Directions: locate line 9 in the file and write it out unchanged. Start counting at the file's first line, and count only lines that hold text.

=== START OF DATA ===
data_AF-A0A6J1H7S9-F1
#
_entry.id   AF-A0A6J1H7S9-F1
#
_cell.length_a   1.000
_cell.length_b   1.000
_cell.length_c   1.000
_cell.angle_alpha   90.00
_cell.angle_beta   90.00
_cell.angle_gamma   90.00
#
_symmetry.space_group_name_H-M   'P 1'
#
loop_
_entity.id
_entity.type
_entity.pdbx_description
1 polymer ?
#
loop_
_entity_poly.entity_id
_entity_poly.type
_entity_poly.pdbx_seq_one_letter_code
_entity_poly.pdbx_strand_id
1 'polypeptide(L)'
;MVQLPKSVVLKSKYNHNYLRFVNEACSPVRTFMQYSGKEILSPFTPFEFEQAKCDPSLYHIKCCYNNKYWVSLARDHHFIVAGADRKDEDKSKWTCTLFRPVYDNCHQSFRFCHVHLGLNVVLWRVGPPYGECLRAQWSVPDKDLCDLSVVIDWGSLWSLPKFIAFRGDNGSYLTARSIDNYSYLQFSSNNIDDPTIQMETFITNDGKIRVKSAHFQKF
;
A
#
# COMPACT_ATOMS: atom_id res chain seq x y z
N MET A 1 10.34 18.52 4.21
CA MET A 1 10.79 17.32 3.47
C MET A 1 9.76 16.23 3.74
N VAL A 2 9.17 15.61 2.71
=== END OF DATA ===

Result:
_cell.angle_beta   90.00